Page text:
The Federal Republic of Austria is a landlocked country located in Central Europe, next to Germany and Switzerland. With its dramatic Alpine landscapes, numerous lakes, picturesque mountain villages and cows peacefully grazing on lush green pastures, Austria’s scenery is simply captivating. The historic cities of Vienna and Salzburg have plenty of magnificent ancient castles, palaces and other architectural treasures, as well as an exceptional classical music culture. But a trip to Austria wouldn’t be complete without experiencing its delicious cuisine and exquisite wines. Having a sweet “apfelstrudel” with a creamy coffee in a typical Austrian “Kaffeehaus” is simply to die for…
We make every effort to ensure that the information posted on our website is up to date and accurate according to the latest public health recommendations; however, it is impossible for us to make changes on a daily basis.
For the most current travel health recommendations, please call our clinic as make an appointment with one of our travel health professionals.
AUSTRIA – RECOMMENDED VACCINES
|Tetanus – Diphteria – Pertussis Vaccine||Tetanus: In exceptional circumstances (eg, stay in a region where access to health care is limited), for a person aged 18 years or older, 1 dose of DT may be given if 5 years or more has elapsed since the last dose. Otherwise, one booster dose at the age of 50*. Pertussis (Whooping Cough): 1 dose is recommended for pregnant women, for every pregnancy, regardless of immunization history and the interval since the last dose (betwen week 26 and 32). *Only applicable for Quebec.|
|Measles – Rubella – Mumps||Two doses recommended for all travelers born after 1970, if not previously given.|
|Flu – Influenza||Seasonal influenza occurs worldwide. The flu season usually runs from November to April in the northern hemisphere, between April and October in the southern hemisphere and year round in the tropics. Influenza (flu) is caused by a virus spread from person to person through coughing and sneezing or by touching infected surfaces. Everyone 6 months and older should get a flu vaccine yearly. Vaccine is recommended 14 days prior to departure.|
|Routine vaccines (dCaT, Polio, Meningococcal, Shingles, Pneumococcal, Hepatitis B, HPV, MMR & Varicella)||Recommended for all travelers|
|Hepatitis A||Recommended for most travelers, especially those who are staying with friends or relatives; visiting smaller cities, villages, or rural areas where exposure might occur through food or water; or prone to “adventurous eating”|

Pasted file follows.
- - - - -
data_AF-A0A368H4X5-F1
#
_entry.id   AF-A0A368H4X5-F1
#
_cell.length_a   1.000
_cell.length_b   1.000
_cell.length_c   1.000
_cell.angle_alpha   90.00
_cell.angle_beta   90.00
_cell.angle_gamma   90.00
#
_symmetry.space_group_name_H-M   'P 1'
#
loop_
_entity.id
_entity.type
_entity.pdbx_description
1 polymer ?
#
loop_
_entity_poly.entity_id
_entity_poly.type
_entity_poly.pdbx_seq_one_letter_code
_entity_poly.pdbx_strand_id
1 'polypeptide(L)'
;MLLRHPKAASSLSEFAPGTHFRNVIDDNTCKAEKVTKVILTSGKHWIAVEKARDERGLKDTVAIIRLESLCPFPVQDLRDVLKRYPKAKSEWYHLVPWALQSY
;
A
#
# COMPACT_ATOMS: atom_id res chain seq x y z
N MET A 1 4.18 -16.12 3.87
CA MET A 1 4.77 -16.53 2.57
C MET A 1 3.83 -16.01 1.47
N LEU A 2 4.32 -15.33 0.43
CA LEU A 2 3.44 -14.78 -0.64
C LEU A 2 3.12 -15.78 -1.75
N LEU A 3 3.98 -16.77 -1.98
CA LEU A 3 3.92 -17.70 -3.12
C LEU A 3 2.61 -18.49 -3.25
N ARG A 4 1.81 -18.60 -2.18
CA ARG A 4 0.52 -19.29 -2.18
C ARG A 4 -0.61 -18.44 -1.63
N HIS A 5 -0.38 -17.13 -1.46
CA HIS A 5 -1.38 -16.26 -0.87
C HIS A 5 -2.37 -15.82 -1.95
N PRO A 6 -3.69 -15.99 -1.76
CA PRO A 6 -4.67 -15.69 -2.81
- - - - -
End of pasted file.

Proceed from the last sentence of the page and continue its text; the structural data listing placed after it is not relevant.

|Hepatitis B||Consider for most travelers; recommended for those who might be exposed to blood or other body fluids, have sexual contact with the local population, or be exposed through medical treatment (e.g., for an accident).|
|Tick-borne Encephalitis||Presence. All travellers should protect themselves against tick bites.|
|Lyme disease||Presence. All travellers should protect themselves against tick bites.|
|Rabies||For travelers at high risk of animal bites or being involved in activities with bats, dogs and other mammals. Clients who plan to visit remote areas may consider receiving this vaccine. Important to note the pre-exposure rabies vaccine is administered in 2 doses with one week interval between doses. Post-exposure vaccination is always recommended, even for those previously vaccinated.|
Austria offers health care of very good quality. Medical professionals in the country are often trained abroad. Austria has a very important and adequate medical infrastructure. Public hospitals and private clinics can be found everywhere across Austria, even in the most remote regions, though they can be more expensive there than in major cities. It is good to know that basic health care is provided for free in public health centers, to Austrian residents as well as to foreign tourists.
Emergency services in Austria can be contacted at 141. They usually react very quickly and ambulances have a well trained crew.
Quality medicines are easily found in Austria. But it is always safer to bring your own medical supplies, especially if you need specific treatments.
Dial 112 for general emergency assistance, or:
- 144 for ambulance
- 133 for police
- 122 for firefighters